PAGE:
Spirit Photography

Unidentified woman and her attendant spirit c.1890.(RG3507.PH11-7)

With the discovery of photography, along with using the technique of double exposing a negative, many interesting images have appeared through the years.

The deliberate creation of a spirit photograph by a photographer in an attempt to financially exploit believers became a rather lucrative business back in the late 19th and early 20th centuries. Credited to William H. Mumler of New York in the early 1860′s, the spirit photograph was promoted as capturing  a ghostly figure in addition to the subject of the portrait.

Emerging onto the scene at about the same time was the Spiritualist Movement in the late 1860′s. The ability of photographing spirits was readily, and easily accepted as reality by a large number of people for many years.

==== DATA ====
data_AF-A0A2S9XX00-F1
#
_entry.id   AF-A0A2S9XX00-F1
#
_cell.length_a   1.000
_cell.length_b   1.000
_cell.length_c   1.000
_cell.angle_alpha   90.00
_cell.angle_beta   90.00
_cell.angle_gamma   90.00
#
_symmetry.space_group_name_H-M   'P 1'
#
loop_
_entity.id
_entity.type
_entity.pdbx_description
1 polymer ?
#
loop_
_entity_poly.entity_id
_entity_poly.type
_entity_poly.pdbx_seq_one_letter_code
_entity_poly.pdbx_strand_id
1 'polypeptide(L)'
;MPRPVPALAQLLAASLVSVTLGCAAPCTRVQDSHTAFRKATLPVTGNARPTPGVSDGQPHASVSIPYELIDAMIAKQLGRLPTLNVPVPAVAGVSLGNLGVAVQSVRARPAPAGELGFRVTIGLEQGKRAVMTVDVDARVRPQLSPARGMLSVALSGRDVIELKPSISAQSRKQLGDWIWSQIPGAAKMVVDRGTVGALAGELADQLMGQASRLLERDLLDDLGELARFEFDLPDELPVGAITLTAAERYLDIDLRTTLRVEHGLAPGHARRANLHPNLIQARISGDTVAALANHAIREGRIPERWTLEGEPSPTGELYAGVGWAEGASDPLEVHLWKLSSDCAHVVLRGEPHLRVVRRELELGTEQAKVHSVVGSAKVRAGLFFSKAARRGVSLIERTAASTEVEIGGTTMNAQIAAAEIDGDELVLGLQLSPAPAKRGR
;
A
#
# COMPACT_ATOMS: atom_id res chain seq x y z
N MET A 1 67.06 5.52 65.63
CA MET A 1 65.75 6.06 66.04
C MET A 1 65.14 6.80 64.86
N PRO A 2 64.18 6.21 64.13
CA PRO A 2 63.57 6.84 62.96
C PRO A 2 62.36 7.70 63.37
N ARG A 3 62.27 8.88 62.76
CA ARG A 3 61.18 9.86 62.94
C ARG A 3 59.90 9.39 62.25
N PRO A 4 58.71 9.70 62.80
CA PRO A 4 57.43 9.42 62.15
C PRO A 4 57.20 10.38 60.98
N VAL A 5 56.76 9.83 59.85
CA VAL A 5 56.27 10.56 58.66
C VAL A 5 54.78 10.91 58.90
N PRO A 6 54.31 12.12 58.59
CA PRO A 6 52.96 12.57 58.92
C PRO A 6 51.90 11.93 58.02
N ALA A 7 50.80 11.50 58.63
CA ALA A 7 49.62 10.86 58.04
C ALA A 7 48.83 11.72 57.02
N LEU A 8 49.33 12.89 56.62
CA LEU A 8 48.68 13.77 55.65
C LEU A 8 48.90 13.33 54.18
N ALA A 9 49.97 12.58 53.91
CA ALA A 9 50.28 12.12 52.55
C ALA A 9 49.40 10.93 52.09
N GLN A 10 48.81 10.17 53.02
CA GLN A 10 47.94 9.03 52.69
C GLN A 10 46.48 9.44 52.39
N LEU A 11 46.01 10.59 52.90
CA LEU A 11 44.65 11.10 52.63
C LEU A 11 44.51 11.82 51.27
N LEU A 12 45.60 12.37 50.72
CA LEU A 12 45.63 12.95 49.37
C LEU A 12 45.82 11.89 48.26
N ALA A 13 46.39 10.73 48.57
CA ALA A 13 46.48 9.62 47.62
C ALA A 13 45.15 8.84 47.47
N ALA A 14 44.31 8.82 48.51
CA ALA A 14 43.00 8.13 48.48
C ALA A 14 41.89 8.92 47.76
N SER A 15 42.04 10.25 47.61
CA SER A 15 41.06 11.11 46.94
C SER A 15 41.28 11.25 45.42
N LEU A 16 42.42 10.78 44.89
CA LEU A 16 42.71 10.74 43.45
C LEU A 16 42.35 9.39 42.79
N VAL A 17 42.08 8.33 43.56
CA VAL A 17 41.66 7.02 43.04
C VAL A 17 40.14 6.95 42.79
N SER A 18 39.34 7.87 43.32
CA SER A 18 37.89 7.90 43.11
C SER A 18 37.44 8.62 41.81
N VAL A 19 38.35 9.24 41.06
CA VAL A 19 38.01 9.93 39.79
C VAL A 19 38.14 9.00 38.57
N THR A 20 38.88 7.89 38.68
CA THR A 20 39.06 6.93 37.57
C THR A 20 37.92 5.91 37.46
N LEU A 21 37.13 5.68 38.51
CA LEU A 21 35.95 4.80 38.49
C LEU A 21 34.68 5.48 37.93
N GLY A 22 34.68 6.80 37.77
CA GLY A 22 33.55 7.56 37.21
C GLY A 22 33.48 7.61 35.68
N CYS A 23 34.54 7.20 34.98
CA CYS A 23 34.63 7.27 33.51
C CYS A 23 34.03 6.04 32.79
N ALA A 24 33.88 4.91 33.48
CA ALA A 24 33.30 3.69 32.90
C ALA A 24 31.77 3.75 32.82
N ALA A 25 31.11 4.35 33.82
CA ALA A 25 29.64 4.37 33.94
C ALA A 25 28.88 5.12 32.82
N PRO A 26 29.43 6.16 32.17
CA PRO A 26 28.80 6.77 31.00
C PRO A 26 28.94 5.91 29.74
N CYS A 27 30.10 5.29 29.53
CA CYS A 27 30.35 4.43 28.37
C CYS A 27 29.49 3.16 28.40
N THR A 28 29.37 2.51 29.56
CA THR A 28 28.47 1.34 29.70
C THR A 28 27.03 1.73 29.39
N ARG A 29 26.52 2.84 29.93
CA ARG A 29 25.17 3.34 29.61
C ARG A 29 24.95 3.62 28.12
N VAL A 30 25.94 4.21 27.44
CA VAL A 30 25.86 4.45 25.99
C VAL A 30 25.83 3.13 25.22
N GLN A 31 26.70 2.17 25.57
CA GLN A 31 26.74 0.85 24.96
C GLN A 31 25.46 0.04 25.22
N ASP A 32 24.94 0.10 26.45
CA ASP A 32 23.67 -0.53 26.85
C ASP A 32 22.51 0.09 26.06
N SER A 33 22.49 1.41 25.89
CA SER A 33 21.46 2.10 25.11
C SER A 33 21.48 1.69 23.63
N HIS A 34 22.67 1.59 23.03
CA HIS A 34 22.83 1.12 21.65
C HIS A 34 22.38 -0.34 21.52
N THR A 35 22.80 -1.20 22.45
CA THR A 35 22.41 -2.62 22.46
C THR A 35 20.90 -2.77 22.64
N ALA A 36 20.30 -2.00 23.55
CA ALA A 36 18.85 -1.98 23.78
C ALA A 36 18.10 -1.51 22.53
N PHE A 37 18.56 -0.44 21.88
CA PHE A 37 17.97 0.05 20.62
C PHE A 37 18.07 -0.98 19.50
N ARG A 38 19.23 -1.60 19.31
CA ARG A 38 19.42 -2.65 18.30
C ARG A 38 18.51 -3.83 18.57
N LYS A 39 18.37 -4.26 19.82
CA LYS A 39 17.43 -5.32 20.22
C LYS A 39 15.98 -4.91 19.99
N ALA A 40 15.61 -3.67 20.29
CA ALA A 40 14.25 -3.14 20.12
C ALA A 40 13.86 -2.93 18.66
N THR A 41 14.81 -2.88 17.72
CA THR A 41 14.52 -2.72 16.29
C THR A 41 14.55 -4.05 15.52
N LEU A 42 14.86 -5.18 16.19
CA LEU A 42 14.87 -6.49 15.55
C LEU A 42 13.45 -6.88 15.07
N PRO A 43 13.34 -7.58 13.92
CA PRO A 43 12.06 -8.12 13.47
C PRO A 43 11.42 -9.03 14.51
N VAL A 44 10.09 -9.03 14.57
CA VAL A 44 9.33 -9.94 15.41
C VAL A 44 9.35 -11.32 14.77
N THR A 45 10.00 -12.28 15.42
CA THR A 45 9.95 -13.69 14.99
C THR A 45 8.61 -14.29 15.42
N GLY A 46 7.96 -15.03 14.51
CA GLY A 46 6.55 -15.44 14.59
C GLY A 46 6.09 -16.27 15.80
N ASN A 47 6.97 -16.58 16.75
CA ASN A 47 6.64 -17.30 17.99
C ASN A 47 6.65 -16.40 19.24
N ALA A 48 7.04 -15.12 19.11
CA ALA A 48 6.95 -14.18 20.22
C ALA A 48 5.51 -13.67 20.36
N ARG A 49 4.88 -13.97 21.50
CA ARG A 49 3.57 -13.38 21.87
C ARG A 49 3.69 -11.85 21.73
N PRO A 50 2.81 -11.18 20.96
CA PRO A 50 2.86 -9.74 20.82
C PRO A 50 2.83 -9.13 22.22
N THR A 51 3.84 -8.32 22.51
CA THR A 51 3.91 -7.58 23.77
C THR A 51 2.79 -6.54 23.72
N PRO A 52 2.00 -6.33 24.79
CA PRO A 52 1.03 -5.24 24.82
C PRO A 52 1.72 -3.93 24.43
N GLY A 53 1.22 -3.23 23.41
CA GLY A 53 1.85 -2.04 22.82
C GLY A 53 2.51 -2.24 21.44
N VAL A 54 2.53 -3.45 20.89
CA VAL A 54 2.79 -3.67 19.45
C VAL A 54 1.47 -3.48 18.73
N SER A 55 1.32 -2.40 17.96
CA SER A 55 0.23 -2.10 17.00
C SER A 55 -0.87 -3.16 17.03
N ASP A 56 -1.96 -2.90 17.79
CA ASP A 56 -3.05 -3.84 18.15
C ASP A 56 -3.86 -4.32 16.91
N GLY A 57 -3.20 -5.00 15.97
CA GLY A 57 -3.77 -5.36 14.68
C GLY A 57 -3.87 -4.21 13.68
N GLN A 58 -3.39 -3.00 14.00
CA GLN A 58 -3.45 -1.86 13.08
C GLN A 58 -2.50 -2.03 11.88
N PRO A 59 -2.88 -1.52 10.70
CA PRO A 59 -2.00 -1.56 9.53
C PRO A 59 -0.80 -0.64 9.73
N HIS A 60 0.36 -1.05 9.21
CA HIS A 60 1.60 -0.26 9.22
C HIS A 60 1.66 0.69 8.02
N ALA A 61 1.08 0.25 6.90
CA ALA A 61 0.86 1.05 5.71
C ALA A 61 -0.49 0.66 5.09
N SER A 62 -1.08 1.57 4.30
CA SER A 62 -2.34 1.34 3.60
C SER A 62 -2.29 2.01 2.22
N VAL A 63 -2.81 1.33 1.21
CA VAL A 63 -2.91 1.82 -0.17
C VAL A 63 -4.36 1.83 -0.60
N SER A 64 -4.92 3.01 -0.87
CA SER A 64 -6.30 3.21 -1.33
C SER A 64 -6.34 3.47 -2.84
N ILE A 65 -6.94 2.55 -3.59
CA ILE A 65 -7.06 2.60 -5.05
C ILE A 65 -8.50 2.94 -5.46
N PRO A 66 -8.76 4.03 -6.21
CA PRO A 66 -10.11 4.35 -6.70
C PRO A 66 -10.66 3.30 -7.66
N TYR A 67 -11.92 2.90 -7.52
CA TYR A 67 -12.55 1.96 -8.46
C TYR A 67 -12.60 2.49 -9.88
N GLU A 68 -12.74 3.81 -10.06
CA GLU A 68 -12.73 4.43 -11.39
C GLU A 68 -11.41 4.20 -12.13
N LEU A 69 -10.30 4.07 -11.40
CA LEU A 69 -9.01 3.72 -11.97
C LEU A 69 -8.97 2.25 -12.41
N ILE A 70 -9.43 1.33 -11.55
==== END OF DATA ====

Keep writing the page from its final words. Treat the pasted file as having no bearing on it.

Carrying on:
Mumler’s fraud was discovered only after he used identifiable living residents of Boston as stand-in ghosts on occasion. The belief that spirits were being captured in photographs was eventually replaced with a better understanding of the techniques used to create the effect.

Here are examples of Spirit Photographs from the Elliott Coues Collection (RG3507).

Identified as Prof. Sprite, December 1879. (RG3507.PH11-9)

Unidentified man and face, January 1893 (RG3507.PH11-6)

Unidentified woman and a somewhat disturbing spirit, c.1890. (RG3507.PH11-8)

Dale Bacon,
Assistant Curator

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